In this study we measured PrPC and CNTN5 in frontal neocortex from cases of sporadic AD and age-matched control brain samples. We confirmed our previous finding [17], in a new, larger patient cohort, that PrPC is decreased in sporadic AD and demonstrate that CNTN5 levels are unchanged in sporadic AD. As PrPC is decreased [17], and BACE1 activity is increased, in sporadic AD [10], [18], and as PrPC negatively modulates BACE1 activity [15], [19], we tested the hypothesis that there is a negative correlation between PrPC and (i) BACE1 activity, (ii) Aβ and (iii) Braak tangle stage, in human brain tissue. We found that PrPC did indeed correlate inversely with BACE1 activity, Aβ load, soluble and insoluble Aβ levels, and with the severity of disease, as measured by Braak tangle stage. CNTN5, however, showed no correlation with Aβ load, soluble or insoluble Aβ level.

We previously showed that while PrPC is decreased in sporadic AD and also declines with age, there is no alteration in PrPC in familial AD cases [17]. Down's syndrome (DS) is caused by an extra copy of chromosome 21, which results in development abnormalities and neuropathology in the brain that are similar to that seen in AD. APP maps to chromosome 21 and trisomy 21 results in increased APP and Aβ production and early senile plaque formation [20]. Here we demonstrate that PrPC levels are unchanged in the cortex in DS, compared to age-matched controls.

Results

PrPC is reduced but CNTN5 is unchanged in sporadic Alzheimer's disease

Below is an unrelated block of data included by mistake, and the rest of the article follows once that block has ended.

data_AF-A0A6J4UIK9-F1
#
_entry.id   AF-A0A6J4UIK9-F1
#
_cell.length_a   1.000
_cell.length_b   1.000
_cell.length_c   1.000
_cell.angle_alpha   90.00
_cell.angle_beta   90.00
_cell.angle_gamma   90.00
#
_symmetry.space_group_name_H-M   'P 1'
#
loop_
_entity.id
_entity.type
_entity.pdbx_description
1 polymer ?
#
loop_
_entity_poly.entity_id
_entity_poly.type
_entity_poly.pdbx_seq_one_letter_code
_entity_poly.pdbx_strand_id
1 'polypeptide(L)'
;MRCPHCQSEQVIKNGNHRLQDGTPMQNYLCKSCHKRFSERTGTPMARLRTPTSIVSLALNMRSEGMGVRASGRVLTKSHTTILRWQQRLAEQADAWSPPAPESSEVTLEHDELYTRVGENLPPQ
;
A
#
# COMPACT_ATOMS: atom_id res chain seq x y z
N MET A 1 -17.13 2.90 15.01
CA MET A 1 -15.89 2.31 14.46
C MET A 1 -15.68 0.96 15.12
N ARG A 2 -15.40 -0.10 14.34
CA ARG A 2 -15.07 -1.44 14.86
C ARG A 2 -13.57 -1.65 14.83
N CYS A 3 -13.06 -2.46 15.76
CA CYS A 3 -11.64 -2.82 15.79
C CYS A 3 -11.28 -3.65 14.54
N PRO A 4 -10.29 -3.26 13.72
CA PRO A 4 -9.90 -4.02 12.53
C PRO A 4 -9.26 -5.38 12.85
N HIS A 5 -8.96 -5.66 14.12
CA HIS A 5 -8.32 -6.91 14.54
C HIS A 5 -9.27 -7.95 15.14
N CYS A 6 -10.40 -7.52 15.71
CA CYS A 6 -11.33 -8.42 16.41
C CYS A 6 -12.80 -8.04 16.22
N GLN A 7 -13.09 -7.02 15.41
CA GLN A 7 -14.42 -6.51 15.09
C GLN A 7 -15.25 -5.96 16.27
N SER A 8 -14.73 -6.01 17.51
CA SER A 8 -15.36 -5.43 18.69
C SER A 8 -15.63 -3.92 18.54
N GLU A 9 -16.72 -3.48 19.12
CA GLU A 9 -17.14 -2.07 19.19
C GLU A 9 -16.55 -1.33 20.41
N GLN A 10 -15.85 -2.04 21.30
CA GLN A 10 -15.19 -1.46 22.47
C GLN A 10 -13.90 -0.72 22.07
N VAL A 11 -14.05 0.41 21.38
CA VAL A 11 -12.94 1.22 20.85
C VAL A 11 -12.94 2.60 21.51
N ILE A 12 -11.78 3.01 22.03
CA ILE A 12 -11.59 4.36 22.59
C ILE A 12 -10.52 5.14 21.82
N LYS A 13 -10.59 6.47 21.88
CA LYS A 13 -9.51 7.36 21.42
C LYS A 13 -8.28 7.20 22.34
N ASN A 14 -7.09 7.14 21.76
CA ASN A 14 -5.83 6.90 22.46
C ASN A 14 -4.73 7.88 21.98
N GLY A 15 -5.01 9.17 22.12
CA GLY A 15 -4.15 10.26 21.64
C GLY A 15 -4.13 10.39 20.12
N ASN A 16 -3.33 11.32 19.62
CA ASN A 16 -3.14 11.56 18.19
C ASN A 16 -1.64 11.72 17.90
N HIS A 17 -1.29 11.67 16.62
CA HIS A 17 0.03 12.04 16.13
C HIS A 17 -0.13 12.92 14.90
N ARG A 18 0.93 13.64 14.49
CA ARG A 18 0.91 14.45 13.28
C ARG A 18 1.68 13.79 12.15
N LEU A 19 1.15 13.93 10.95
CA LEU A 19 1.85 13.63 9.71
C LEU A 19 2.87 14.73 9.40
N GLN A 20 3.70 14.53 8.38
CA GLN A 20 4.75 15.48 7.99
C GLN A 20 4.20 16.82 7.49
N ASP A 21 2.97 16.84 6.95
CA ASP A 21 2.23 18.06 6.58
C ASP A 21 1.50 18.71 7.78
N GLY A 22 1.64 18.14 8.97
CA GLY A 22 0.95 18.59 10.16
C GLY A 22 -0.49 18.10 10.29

Quantitative immunoblotting was used to assess PrPC and CNTN5 in the temporal cortex from sporadic AD individuals in comparison to that in the brain of age-matched cognitively normal individuals. PrPC was significantly reduced in sporadic AD by a mean of 49% (p = 0.014) compared to the age matched controls (Figure 1A and B, Table 1) but there was no significant difference in CNTN5 between sporadic AD and controls (Figure 1C and D, Table 1). PrPC is variably glycosylated at two asparagine residues (N181 and N197), so the protein appears on immunoblots as multiple bands corresponding to un-, mono- and diglycosylated species [21]. We previously reported that PrPC declines with age in the human brain [17] but there was no significant difference in age between the sporadic AD and control cases (mean age ± SEM; 82.5±1.4 years and 76.5±2.7 years, respectively, p = 0.204) (Table 1 and Table S1), indicating that the reduction of PrPC in individuals with sporadic AD cannot simply be attributed to the effects of age. To ensure age had no effect, the three youngest controls (43, 48 and 53 years) were omitted to give a control mean age of 80.5±1.7 years. PrPC was still significantly reduced in sporadic AD by a mean of 41% (p = 0.032) compared to age matched controls (Figure S1). In addition, there was no significant difference in the level of neuron-specific enolase (NSE) between the sporadic AD and control samples (Table 1), indicating that the lower PrPC in the sporadic AD samples was not caused by neuronal loss. The post-mortem delay was also not significantly different between the sporadic AD and control group (Table 1 and Table S1).